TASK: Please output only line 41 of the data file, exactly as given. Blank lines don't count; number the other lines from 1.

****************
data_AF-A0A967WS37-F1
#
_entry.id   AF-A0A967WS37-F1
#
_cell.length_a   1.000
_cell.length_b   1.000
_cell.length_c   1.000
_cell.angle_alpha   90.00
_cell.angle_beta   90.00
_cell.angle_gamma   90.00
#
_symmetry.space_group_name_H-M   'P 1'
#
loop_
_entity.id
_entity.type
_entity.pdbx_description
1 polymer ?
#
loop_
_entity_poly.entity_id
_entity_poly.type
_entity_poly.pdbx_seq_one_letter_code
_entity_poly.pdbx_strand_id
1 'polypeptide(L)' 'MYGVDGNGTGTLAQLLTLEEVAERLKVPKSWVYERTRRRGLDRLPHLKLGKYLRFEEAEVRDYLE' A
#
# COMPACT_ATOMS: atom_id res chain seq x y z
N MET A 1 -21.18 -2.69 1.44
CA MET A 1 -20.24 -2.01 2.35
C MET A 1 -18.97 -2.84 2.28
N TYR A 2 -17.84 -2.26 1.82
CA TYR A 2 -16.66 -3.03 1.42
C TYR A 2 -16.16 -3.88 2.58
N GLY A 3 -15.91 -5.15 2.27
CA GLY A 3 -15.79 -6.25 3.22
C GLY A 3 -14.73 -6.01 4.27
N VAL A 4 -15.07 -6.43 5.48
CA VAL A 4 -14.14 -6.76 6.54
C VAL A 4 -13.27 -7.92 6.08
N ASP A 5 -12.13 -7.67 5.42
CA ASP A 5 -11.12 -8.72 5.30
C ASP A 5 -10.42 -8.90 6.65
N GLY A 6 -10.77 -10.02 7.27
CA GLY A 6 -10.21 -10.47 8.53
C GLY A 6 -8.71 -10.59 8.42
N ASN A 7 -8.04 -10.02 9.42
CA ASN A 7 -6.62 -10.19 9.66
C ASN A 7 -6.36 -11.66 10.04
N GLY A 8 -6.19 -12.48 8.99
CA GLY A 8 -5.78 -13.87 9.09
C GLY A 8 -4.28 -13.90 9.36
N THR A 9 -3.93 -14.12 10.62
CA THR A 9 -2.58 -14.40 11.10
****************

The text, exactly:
CA ASP A 5 -11.12 -8.72 5.30